“We live in a technological universe in which we are always communicating. And yet we have sacrificed conversation for mere connection.”
Thus begins a provocative article published recently in The New York Times by MIT psychology prof Sherry Turkle, entitled “The Flight From Conversation.” She argues that our growing obsession with technologies like texting and social networking are inflicting profound changes on who we are and how we relate socially – making us increasingly “alone together,” which happens to be the title of Turkle’s last book.
The twin claims that we’re getting lonelier while we throw away the fine art of conversation are controversial to say the least. They suggest we’re seeing the end of some Golden Age when everyone was friendlier, the streets were safer and the music was better. Then there’s the old hobgoblin of causality – the idea that our behavior, especially bad behavior, is determined by popular new technologies like computers, the Internet, and all the clever algorithms that have helped insinuate digital communications so deeply into our lives. None of which has ever slowed down the tech critics.
Yet there’s something different about the technology-bashing in the air these days: it seems to be crossing party lines. We’ve long been accustomed to established interests in business and government foretelling the end of civilization when disruptive technologies threaten to take away some of their marbles. The worldview according to which new technologies are all evil is, of course, especially popular among media fat cats. Here’s how Hollywood lobbyist and consummate drama queen Jack Valenti described the dangers of a once-pervasive consumer technology while testifying to a Congressional committee:
“I say to you that the VCR is to the American film producer and the American public as the Boston strangler is to the woman home alone.”
In case you missed it, that was 1982, when the major studios were in court trying to prevent Sony from ever shipping a single VCR to the American public because of the mortal threat of… piracy. Thirty years later, Valenti’s replacement as head of the MPAA, Chris Dodd, is still singing from exactly the same hymn book – except now the technologies are digital and the threats include the loss of a gazillion American jobs. (I note in passing a recent Bloomberg headline claiming that “Google Fiber in Kansas City Makes Hollywood Nervous”… as in let’s not give Americans gigabit broadband like South Korea, since that hapless nation was “decimated” by piracy thanks to promiscuous amounts of bandwidth.)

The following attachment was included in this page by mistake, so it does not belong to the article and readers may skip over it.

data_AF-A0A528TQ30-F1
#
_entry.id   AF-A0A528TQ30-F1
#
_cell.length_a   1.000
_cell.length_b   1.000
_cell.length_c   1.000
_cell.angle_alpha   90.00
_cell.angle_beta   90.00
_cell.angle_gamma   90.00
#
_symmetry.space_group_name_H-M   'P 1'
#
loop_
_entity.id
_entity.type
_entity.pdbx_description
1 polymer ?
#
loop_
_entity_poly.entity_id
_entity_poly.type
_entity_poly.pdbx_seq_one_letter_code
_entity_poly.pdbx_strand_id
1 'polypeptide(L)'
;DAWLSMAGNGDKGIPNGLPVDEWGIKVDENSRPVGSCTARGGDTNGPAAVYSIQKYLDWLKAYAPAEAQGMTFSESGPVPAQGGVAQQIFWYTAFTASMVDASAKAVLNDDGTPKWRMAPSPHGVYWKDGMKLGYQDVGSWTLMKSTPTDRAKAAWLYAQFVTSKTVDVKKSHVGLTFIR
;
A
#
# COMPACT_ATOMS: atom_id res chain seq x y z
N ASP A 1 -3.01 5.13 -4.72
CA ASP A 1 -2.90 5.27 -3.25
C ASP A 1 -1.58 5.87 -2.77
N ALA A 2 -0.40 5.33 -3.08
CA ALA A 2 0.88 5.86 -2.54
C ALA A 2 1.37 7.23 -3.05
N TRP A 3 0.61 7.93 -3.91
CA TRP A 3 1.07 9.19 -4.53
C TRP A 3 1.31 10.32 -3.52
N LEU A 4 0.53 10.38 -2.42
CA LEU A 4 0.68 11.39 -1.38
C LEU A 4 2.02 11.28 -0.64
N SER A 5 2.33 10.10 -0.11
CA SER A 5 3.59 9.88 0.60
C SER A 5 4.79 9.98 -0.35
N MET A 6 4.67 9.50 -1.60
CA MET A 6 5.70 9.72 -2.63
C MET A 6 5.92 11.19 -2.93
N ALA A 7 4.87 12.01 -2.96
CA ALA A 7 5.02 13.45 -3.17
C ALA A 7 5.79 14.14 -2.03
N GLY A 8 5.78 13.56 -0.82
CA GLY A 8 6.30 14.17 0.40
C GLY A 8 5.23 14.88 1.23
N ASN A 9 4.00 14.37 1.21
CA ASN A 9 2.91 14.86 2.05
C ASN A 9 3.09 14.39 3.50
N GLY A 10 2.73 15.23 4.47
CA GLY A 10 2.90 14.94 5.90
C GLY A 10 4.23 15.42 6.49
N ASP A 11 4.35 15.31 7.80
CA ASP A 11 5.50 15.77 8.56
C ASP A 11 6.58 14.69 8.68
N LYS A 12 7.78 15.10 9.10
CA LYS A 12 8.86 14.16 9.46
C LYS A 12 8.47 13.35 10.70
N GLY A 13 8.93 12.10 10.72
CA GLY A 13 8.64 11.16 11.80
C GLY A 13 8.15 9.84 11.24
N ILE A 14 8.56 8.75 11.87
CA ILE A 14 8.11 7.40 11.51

But nowadays, many outspoken technology critics have popped up from across the aisle. Indeed, it seems social liberals are becoming the real dystopians about online life:
“Social media – from Facebook to Twitter – have made us more densely networked than ever. Yet for all this connectivity, new research suggests that we have never been lonelier (or more narcissistic)—and that this loneliness is making us mentally and physically ill.”
That’s the setup for the Atlantic’s May cover feature: “Is Facebook Making Us Lonely?” The author, novelist Stephen Marche, kicked up quite a storm among online pundits. Slate published a retort by NYU sociologist Eric Klinenberg entitled pointedly: “Facebook Isn’t Making Us Lonely.” Klinenberg, who makes a strong empirical counter-argument, knows a few things about the subject, having authored Going Solo: The Extraordinary Rise and Surprising Appeal of Living Alone. Meanwhile, Forbes took the objections a step further (not necessarily more convincingly) in a piece entitled, “Is Facebook Making You Lonely? Don’t Be Stupid.”
Connectivity vs (hyper)connectedness
For months now, the trade and popular press have obsessed over what I’ll call the “regulatable” social effects of networked media. By that I mean effects that government agencies like the Federal Trade Commission have some authority to address. At the top of that list right now would have to be privacy, an issue that has ensnared the Internet’s biggest platform providers, including Apple, Google and Facebook.